When it comes to commercial security needs, keys are always at the very heart of the matter.
How many keys do we require? How do we manage and distribute the keys? Should staff be able to access all areas of the building? What are our security risks?
These are all questions that confront business owners, landlords, property managers, body corporates and the like when assessing their keying and security requirements.
A Master Key System may be the answer you’re seeking!
What is a Master Key System?
A Master Key System comprises of a hierarchy of keys and a number of cylinders / locks that allow different groups or individual key holders to gain access to all or specifically designated areas of a building or buildings.
Put simply, a master keyed lock is a lock that is designed to be opened by individual keys, but can also be opened by using a master key.
What are the benefits of a master key system?
There are many benefits of a master key system, but the overriding one is that access can be controlled, allowing appropriate people access to defined parts of the building.
Other benefits include:
A master key system or Restricted System, use security key blanks which are specifically designed keys which can only be obtained / copied only from the Locksmith business which designed the system, and only then with authorisation from the Building’s owner or nominee
Locks are more secure as the restricted key-way reduces the chance of accidental opening with the wrong key
Restricted security key blanks are patent protected (design registered) therefore key manufacturers are not allowed to produce copies of that design
Individuals can have access to more doors using only a minimum number of keys• A master key system is a dynamic entity and as your business/organisation changes, a well-planned master key system should be able to adapt to changing requirements
Accurate records of keys and who has them can be easily kept and maintained, eliminating the possibility of duplicate keys being made without authorisation.
What is the difference between master keying and keying alike?
A master key will operate two or more locks that operate on two individual keys.
Keying a lock alike is to have several locks altered to operate using one key exclusively.
Keying alike is great for domestic purposes and small businesses, enabling key holders to open several doors (front door, back door and security door for example) with the single key.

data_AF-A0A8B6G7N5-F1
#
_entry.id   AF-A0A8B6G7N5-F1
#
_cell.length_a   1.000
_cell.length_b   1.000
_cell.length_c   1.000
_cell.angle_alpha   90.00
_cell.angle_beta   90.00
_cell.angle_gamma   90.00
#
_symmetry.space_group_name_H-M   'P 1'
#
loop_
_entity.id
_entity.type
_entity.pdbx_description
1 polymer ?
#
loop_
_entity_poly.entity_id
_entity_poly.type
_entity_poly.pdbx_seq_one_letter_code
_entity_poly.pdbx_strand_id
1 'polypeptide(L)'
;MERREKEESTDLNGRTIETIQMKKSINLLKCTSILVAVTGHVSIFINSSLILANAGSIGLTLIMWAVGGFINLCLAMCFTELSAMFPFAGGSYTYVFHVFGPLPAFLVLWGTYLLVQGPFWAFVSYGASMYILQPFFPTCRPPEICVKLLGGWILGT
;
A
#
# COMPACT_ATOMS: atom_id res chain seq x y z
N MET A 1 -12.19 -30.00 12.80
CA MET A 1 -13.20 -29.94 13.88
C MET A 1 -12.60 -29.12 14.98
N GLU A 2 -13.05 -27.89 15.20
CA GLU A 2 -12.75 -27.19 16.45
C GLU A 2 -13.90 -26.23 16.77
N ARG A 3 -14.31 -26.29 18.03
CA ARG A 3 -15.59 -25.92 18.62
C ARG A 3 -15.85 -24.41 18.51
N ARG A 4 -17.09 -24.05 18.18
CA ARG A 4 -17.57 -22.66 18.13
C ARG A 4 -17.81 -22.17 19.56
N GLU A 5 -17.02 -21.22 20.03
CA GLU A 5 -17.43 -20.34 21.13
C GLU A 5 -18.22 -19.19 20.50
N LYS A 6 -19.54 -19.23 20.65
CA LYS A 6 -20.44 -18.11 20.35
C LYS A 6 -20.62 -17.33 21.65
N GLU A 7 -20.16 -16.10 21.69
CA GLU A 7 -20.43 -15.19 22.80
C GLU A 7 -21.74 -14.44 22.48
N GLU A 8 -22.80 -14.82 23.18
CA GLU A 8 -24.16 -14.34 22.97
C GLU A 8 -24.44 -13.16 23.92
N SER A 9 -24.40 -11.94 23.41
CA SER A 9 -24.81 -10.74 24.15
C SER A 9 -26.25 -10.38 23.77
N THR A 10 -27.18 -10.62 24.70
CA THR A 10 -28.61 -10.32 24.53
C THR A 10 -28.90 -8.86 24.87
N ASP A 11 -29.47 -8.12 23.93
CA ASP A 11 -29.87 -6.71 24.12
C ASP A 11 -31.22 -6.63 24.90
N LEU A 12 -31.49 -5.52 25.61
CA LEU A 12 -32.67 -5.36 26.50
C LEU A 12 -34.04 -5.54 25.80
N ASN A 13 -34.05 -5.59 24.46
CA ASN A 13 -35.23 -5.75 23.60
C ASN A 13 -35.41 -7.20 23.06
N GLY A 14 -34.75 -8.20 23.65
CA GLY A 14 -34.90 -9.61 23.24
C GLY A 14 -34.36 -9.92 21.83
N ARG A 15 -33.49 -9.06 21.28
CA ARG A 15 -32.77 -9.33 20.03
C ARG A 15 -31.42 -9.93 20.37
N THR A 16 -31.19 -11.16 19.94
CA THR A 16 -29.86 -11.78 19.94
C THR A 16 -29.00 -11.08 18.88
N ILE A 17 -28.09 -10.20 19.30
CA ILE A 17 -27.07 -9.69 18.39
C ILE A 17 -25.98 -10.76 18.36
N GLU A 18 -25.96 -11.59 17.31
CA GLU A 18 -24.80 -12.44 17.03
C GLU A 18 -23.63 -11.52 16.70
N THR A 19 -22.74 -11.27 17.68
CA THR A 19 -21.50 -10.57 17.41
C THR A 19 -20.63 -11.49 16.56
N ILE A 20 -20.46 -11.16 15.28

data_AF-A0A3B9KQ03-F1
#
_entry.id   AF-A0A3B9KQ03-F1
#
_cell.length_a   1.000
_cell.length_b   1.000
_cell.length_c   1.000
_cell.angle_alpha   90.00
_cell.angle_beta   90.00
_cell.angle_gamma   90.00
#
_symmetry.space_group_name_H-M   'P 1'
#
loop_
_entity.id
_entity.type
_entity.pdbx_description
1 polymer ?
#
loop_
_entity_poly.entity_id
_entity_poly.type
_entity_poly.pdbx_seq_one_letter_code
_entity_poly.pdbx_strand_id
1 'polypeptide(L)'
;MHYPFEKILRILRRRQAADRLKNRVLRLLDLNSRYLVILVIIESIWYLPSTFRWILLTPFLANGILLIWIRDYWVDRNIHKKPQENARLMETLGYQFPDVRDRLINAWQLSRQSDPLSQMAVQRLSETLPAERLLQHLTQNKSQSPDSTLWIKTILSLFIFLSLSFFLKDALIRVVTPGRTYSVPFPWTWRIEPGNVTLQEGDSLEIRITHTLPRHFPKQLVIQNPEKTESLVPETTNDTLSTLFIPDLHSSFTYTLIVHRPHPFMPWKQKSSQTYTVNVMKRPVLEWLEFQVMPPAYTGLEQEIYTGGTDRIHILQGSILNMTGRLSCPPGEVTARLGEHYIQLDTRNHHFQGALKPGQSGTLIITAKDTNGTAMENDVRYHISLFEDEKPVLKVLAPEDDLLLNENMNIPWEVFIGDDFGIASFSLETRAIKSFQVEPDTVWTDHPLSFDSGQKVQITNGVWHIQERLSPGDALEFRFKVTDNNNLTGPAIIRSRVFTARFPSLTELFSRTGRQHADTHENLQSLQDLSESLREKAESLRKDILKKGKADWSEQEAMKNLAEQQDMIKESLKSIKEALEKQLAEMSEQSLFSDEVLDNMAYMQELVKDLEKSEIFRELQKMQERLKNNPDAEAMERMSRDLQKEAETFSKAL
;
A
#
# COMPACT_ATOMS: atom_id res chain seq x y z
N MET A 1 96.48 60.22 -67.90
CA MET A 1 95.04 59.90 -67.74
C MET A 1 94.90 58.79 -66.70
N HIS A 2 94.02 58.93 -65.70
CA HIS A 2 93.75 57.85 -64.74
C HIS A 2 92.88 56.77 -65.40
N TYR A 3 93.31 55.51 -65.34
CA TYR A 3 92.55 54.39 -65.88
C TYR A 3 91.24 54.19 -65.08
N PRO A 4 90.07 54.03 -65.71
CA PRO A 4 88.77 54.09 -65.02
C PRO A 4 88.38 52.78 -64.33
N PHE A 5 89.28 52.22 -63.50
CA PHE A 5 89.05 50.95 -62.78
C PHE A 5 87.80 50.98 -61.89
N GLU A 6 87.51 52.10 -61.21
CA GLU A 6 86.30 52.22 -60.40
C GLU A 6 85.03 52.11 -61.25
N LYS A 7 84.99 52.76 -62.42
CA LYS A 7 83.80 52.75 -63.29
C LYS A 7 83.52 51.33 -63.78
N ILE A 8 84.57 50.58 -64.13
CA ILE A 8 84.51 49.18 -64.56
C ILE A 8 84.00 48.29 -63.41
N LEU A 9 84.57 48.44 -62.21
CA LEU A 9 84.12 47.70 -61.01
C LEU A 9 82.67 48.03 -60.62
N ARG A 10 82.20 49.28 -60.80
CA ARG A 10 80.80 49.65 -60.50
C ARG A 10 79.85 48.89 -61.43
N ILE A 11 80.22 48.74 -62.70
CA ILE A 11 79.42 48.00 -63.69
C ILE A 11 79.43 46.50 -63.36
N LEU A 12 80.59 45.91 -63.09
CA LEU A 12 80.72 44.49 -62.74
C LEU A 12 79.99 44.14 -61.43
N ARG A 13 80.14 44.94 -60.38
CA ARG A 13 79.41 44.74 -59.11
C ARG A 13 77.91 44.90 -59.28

Things to consider when implementing a secure master key system
The system should be designed with an eye to the future, plan how many different types of keys you will need today and add 50% for tomorrow
Place people into groups, this will indicate how many different types of key you will need. Then decide where each group needs access, this will indicate which doors each key will operate
Simplify your design. It may be that you could merge two key groups into one. This may allow key-holders access to doors they wouldn’t normally use, but if you feel this does not compromise your security then it may be good. Having less key groups allows your system to be more flexible
Tips on maintaining a secure system
Issuing keys, especially high level keys should not be done lightly. Should the integrity of the system be compromised e.g. if a key is misplaced, part or all of the system may need to be re-keyed to lock out the missing key. For this reason it is important to keep an accurate key register of who holds what key. Collecting keys back after their owner no longer needs them is essential.
Consider the level of access the key holder requires. The level of key held does not necessarily reflect the status of the holder! For example the CEO of the company may only need a key to his office, whilst the Cleaner probably needs to access every lock in the Building. Giving someone a high level key when they only need to unlock one door is an accident waiting to happen
There is no need to keep spare keys on site. If someone forgets their key they should be made to realise that it is a huge inconvenience to them, this way they will be more likely to remember tomorrow. If you need a new key or a replacement key, follow company procedure to obtain one. It only takes a few minutes for your locksmith to cut a new key. If spare keys must be kept, then they should be locked away in the safe. The top drawer of the Receptionist’s desk is the first place a thief will look
Introduce protocols/policies that outline the use and functioning of the system, particularly with the distribution and request for new keys.
Formal requests should be made for replacement of a key or issue of a key for a new staff member. Restricted keys require an authorised person to sign a request form that is provided to the locksmith before the keys are cut.
The number of people on your ‘approved authorised persons list’ is up to you, obviously the less the better! Your locksmith will not cut any keys unless it has been submitted/approved by a company signatoryIn addition, make key holders sign a document upon issue of their key.
A written policy may state: The key belongs to the company and will be returned when it is no longer required, the key holder will not lend or swap keys and that if their key is lost, and will be required to pay $100 before they are issued with another key.
This fee may seem a little steep, but it is not a lot when you consider the cost of making sure that the lost key doesn’t work anywhere on the system. It will also make them think twice before lending their keys to anyone!
Consult with us today if you have any questions about your system!